Despite uncertain corporate earnings, the potential threat of a U.S. "fiscal cliff" and Europe's protracted financial malaise, institutional investment managers are banking on a housing market rebound and see less downside risk for U.S. economic growth in the next six months, according to Northern Trust's quarterly survey, released Thursday.
Investment managers surveyed also expect this November's U.S. presidential election will have little effect on the markets, with 52 percent predicting a neutral impact, 28 percent a positive impact and 19 percent a negative impact from the election. Sixty-two percent of respondents say their answer was not dependent on which party wins the election.
Chicago-based Northern Trust's survey of about 100 institutional managers in mid-September indicated a significant increase in investment managers' positive expectations for the U.S. housing market. Sixty-nine percent of managers queried expect U.S. housing prices to increase over the next six months, up from 33 percent in the second quarter of 2012.
Managers also see less downside risk in U.S. economic growth. In the third quarter, 87 percent of respondents said gross domestic product growth would remain stable or accelerate, up significantly from 70 percent in the second quarter. Managers' job growth outlook has also improved, with 57 percent expecting job growth to remain stable and another 25 percent anticipating a pick-up in growth over the next six months. Eighteen percent said job growth would decelerate, down from 40 percent who held that view in the second quarter survey.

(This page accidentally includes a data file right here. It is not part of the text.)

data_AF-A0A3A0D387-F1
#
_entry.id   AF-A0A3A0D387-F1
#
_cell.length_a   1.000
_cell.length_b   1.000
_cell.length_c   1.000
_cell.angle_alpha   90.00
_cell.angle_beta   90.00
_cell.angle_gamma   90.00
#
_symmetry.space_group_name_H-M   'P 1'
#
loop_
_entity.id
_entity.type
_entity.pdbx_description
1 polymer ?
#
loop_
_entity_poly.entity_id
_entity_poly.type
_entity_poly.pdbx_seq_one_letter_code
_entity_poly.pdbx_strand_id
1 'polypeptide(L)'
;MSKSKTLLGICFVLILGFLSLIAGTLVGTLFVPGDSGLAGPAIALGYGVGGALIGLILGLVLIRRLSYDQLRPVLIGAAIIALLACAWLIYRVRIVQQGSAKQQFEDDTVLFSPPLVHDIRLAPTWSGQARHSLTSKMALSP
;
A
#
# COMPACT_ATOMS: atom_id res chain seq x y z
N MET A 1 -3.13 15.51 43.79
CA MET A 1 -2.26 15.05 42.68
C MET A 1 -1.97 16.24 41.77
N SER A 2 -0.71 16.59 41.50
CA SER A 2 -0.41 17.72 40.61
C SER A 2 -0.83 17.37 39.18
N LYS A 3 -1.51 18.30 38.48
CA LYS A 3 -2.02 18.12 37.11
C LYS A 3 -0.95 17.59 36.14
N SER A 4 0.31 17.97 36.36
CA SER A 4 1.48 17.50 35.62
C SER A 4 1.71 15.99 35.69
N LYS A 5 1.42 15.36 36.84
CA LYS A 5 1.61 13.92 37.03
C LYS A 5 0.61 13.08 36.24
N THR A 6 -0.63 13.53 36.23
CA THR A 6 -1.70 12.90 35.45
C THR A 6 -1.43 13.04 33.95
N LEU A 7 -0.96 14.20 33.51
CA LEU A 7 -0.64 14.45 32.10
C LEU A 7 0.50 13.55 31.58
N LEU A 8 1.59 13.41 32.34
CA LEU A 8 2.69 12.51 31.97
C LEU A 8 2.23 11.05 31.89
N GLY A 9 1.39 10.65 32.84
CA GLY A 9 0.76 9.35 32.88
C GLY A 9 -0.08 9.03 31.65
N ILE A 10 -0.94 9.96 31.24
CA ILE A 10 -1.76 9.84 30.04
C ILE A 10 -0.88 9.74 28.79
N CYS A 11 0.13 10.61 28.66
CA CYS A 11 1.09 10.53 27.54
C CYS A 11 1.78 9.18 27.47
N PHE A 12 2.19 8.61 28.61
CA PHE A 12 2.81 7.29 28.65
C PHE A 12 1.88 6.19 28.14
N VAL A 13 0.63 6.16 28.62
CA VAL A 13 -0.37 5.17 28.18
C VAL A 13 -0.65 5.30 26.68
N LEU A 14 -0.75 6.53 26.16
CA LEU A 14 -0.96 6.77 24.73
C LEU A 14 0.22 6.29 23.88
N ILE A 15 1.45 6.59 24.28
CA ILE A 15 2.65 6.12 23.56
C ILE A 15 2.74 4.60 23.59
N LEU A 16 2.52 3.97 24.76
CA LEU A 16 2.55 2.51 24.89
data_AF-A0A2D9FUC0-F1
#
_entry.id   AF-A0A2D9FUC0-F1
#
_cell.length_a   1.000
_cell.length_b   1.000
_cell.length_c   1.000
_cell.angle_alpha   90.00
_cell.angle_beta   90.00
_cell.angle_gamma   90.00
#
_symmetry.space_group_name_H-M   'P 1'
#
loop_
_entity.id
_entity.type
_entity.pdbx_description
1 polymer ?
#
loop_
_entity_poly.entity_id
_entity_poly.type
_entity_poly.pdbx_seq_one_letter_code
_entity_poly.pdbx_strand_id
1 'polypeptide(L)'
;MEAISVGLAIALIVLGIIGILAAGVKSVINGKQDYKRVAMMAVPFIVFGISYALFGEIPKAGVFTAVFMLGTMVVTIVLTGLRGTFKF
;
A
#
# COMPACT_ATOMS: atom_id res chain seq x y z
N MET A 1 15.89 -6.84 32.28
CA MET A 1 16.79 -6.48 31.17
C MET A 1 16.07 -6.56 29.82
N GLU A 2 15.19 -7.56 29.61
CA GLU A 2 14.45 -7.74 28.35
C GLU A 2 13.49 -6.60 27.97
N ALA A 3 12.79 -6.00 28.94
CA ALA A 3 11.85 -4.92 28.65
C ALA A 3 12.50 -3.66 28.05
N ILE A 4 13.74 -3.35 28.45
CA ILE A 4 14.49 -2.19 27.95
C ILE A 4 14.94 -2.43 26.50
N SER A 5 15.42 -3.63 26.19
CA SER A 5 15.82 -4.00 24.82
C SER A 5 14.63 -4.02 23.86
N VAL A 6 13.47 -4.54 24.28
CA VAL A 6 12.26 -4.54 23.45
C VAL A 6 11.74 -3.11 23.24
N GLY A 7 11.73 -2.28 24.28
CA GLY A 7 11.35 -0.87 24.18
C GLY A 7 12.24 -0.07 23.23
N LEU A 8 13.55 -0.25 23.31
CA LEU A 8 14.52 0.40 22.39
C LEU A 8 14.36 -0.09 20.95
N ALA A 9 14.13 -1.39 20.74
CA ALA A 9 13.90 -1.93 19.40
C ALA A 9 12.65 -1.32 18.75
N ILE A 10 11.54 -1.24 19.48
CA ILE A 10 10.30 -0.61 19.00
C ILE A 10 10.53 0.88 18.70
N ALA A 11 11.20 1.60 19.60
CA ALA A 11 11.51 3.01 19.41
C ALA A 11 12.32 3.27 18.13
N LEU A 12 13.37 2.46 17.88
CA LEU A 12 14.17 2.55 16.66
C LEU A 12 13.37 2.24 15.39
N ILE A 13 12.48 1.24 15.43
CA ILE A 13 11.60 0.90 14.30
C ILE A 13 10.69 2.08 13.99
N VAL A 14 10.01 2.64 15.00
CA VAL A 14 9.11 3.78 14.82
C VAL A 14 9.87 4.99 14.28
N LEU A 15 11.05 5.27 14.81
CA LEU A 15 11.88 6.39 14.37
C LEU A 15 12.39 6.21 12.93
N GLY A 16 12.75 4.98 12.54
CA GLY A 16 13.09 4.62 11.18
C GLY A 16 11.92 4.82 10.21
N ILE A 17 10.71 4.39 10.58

Investment managers also predict the third round of quantitative easing in the U.S. will have a positive impact on the markets, according to 62 percent of respondents. However, the U.S. debt ceiling and potential impact of a "fiscal cliff" are considered real risks to equities over the next six months, while the European debt crisis continues to be regarded as the top risk.
The outlook for corporate earnings remained mixed in the third quarter, with 31 percent of managers forecasting a decline in fourth quarter earnings, 28 percent expecting an increase and 41 percent predicting no change from the previous quarter. Meanwhile, rising numbers of respondents expect market volatility and inflation to move higher over the next six months.
Other survey highlights include:
69 percent think market volatility, as measured by the VIX, will increase over the next six months, an increase from 65 percent in the second quarter.
21 percent of managers believe interest rates will rise by year end, up from 18 percent last quarter and 16 percent in the first quarter.
27 percent expect higher inflation over the next six month, compared to 14 percent in the second quarter.
57 percent are bullish on emerging market equities, up from 45 percent last quarter.
74 percent reported a bullish outlook on information technology, 54 percent on the health care sector and 51 percent on the energy sector.